WWE

Linda McMahon: Failed Senate Run Shows Stigma of WWE

Courtesy of WPIX 11 Connecticut
Courtesy of WPIX 11 Connecticut
Adam WellsFeatured ColumnistNovember 8, 2012

In the great political landscape of the world, there are a lot of things that can doom a candidate. In the case of Linda McMahon and her bid for the Senate, there were many things she did wrong, especially near the end, but her WWE connections likely didn't do her any favors. 

There have been former WWE stars who have had success in the political field. One of the most famous examples is Jesse Ventura, who became governor of Minnesota in 1998 by being a different kind of candidate. 

However, where Ventura was able to succeed, McMahon could not. Ventura is a charismatic talker who understands how to sell himself, even if his experience and/or resume did not compare to other candidates. 

But where Ventura just had the title of "professional wrestler" on his resume, McMahon has the title of CEO on her resume. She held that title from 1997-2009. 

Certainly, there was a period of great business for WWE during McMahon's tenure as CEO. But there were also very questionable angles run on television that would easily turn a lot of voters off.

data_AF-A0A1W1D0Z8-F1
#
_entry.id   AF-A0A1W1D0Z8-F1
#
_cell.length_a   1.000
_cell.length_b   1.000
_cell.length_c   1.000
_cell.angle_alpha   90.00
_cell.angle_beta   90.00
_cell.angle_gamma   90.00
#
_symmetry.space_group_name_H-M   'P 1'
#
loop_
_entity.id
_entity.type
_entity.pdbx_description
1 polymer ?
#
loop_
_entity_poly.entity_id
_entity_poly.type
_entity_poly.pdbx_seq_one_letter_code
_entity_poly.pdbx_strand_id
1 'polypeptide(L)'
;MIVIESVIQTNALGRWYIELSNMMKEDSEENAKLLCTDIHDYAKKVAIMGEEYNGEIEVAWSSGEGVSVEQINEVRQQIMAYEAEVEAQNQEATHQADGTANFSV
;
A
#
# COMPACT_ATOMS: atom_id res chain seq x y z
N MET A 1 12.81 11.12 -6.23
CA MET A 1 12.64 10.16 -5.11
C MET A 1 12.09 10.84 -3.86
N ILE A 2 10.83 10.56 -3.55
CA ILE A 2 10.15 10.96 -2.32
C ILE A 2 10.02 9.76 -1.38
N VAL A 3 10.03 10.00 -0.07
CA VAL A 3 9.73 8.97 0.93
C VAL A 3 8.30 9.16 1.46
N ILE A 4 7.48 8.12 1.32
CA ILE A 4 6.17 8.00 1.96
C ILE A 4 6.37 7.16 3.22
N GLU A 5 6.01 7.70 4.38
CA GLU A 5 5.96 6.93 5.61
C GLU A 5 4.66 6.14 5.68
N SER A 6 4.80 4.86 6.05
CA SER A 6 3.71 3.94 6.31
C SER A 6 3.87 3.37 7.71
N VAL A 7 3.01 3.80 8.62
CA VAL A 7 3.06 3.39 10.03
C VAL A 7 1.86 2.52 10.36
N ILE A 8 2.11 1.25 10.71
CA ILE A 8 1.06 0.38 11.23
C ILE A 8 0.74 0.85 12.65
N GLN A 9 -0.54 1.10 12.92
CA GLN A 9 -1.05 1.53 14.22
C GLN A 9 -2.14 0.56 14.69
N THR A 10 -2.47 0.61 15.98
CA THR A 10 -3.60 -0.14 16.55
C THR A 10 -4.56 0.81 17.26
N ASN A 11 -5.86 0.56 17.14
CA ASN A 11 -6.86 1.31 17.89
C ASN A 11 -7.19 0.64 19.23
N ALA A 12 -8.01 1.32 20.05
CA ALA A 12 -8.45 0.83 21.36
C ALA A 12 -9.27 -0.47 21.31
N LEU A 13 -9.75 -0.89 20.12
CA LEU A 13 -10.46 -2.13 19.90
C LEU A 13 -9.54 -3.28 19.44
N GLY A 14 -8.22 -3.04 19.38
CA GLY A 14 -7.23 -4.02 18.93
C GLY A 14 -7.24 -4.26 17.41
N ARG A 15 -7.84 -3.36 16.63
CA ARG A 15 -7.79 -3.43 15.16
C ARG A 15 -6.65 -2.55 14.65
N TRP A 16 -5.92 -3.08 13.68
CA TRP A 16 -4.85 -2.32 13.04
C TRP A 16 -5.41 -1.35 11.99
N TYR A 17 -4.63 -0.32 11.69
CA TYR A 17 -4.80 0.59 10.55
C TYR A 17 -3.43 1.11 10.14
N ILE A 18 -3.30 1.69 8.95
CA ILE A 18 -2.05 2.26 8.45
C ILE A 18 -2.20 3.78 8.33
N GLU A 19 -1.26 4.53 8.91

As anyone who ever saw her on television during her time as CEO of WWE, McMahon has very little natural charisma. She never projected herself in a way that the masses can relate to. Whether you think that should matter, it most certainly appeals to people. 

Not everything that happened to McMahon during the campaign can be blamed on her association with WWE, where she is married to chairman VInce McMahon and was CEO of the company just before she first ran for Senate in 2010. 

According to Susan Haigh of the Associated Press (h/t San Francisco Chronicle), McMahon likely hurt herself due to an oversaturation of political ads down the stretch, never connecting with female voters and self-funding her own campaign. 

Then there was the topic of WWE, which was addressed in both Senate campaigns that McMahon ran:

Even by pitching herself as a job creator, as she did in 2010, McMahon made the WWE a specter that was always present, [Former State GOP Chairman Robert] Poliner said.

"That became a central issue in both campaigns," he said. "I don't think you can walk away from that fact."

Right or wrong, there is a stigma attached to the WWE name and brand in the mainstream public that no one connected with it will be able to overcome, especially in the political field. 

A lot of things can swing a political election one way or the other. Being a Republican candidate in a state that is more-often-than-not pro-Democrat doesn't help.

WWE does a lot for charity—just look at the Make-A-Wish efforts and the Susan G. Komen Breast Cancer Foundation—but a couple years of goodwill does not erase all of the issues (steroid and drug abuse, wrestler deaths, etc.) that the company has dealt with throughout the years. 

McMahon made a spirited run towards the Senate, but ultimately it wasn't meant to be.

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